Sep 22 2014
After giving birth to my second child about a month ago, I shared a hospital room with a woman whom I’d describe as one of the most cheerful and glass-half-full people I’ve ever met. Mara–the polar opposite of a jaded New Yorker–is a midwestern transplant to New York whose optimism felt contagious.
Despite having just come out of a very difficult 24-hour labor, she was nearly all-smiles–friendly and kind to everyone who came in and out of our room (and anyone who’s given birth in a hospital knows that lots of people come in and out post-labor). I will never forget how excited she got each time she was served the hospital food, which I, of the more jaded New Yorker variety, barely touched, and managed to complain about plenty.
It wasn’t until after several unsuccessful attempts to breastfeed her less-than-one-day-old son that I saw Mara’s optimism hit a bump. I could tell just how frustrated, guilty and disappointed she felt because–like every mother on earth–I had been there too, during those early days of motherhood. Read the rest of this entry →
Jul 7 2014
When we brought our newborn daughter home, she nursed around the clock with a ferocious latch. It felt as if I was putting my nipple into a stapler and then having the milk sucked out by an expensive Dyson.
If I were a first-time mama, I would have been convinced I had no milk and faulty nipples. I would have probably also convinced myself that my baby was tongue tied, lip-tied, or whatever bad-latch karma was going around the internet at the time. But what I now know to be true, after successfully nursing her two older brothers, is that I always have nipple sensitivity in the first few weeks and my daughter was gaining more than enough weight, despite a small mouth and slightly shallow latch.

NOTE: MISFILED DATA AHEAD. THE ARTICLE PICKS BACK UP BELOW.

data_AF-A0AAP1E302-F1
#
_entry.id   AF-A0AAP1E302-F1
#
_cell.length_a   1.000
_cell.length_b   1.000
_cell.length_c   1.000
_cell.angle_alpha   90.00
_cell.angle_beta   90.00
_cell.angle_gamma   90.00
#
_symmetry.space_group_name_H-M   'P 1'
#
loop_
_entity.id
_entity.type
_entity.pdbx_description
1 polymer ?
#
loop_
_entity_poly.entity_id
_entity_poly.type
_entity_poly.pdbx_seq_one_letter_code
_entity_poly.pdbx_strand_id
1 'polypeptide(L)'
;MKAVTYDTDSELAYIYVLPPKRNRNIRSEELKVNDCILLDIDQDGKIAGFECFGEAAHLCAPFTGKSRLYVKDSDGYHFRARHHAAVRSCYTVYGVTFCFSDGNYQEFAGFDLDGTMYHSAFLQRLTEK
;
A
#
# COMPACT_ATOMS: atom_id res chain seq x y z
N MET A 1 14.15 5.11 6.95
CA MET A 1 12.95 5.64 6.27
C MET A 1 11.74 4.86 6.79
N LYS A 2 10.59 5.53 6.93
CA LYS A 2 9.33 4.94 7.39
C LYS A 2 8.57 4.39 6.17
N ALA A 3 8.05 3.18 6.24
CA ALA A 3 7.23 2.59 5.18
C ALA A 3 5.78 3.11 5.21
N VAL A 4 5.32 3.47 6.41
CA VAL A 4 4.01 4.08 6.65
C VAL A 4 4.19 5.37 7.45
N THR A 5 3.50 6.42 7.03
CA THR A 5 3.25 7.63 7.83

As expected, after two weeks it all went away. She still nurses around the clock, but it is normal–even biological–for her to want to be nourished by me, held by me, and comforted by me. She won’t always want to be this close to me. Read the rest of this entry →
Jul 24 2013
With the world-wide hullabaloo over the new yet-to-be-named Prince of Cambridge, I thought it might be appropriate to offer Catherine and William a few tips about first-time parenting, although some of my observations will apply less to a child born into privilege and massive resources.
My aunt gave me the best advice of all about parenting, and I must say that her grown children are incredibly centered and mentally sound. She told me that the key to successful parenting is to accept, even while the child is still growing in the womb, that it will always be your fault. As soon as you realize that whether you neglect your children or have the capability to give them everything they need, your kids will eventually end up on some therapist’s couch, complaining about their mother.
That being said, I present a cheat sheet for new mothers, royal or those of lesser bloodlines, to get through the first few years with relative sanity. Read the rest of this entry →
Jan 11 2013
“Are you the oldest mom there?” a friend asked me as we walked to the elementary school to pick up our sons. At least, I think she’s my friend. (Just kidding, Michelle!)
She was asking about the “Mommy and Me” classes I go to with 18-month-old Baby G. You know the kind of classes I’m talking about. They’re the ones where the kids shake/chew on bells that are both musical and receptacles for vomity viruses. They’re the ones where the instructors are often ignored by the moms in the class, who busily and loudly chat with each other (kinda rude, no?). They’re the ones where the instructors say things like, “Do you know how to say hello IN FRENCH?” to the kids, and you’re thinking, “Um, the kid just figured out how to say hello in her native language–let’s take a little pressure off, shall we?” Read the rest of this entry →